Syrian government forces and rebels exchanged shellfire in north-western Syria on Monday, killing at least 10 people, most of them in rebel-held areas, state media reported.
The area has had increasing violence in recent weeks, between government troops and insurgents on the edge of the last rebel stronghold in the north-western province of Idlib.
The region had been relatively calm since a truce brokered in March last year by Turkey and Russia ended a three-month, Russian-backed government air and ground campaign.
The fighting killed hundreds and sent 1 million people fleeing towards the Turkish border.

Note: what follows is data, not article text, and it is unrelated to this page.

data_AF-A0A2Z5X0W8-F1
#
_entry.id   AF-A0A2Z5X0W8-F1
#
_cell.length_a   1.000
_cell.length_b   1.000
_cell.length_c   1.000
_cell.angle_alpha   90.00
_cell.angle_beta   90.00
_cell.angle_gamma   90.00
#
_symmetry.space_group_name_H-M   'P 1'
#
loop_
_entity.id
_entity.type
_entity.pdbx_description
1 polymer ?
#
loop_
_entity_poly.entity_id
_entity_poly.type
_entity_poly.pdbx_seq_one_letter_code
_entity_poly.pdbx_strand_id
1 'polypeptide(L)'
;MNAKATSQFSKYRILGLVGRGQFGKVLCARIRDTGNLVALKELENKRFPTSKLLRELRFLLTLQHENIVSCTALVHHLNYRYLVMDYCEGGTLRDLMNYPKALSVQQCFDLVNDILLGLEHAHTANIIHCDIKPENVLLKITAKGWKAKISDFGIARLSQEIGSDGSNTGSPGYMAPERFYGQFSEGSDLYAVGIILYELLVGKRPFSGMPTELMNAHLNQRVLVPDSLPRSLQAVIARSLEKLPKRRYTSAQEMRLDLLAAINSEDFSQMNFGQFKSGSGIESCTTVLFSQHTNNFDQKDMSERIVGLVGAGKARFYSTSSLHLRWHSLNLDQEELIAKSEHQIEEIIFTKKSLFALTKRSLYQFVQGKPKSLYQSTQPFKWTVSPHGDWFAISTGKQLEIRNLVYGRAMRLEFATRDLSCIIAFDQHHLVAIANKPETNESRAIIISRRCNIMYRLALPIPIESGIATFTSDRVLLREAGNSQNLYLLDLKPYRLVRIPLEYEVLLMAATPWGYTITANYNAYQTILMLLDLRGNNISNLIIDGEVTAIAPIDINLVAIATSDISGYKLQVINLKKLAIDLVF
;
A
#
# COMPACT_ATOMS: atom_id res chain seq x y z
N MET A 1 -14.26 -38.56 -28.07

Opposition activists say government troops fired dozens of shells at the villages of Ihsim and Barah on the southern edge of Idlib, killing nine people, opposition monitor the Syrian Observatory for Human Rights reported from Britain.
It said 13 people were wounded in Barah.
Taher Al Omar, an activist in Idlib, said the dead included a local commander of the Al Qaeda-linked Hayat Tahrir Al Sham, and fighters from another militant group.
Mr A Omar said three civilians were also killed.
Insurgents in return shelled the government-held village of Joreen, killing a girl and wounding her father, said Syria’s state news agency, Sana.
Syria’s 10-year conflict has killed half a million people and displaced half of the country’s pre-war population of 23 million.
They include five million who are refugees outside the country.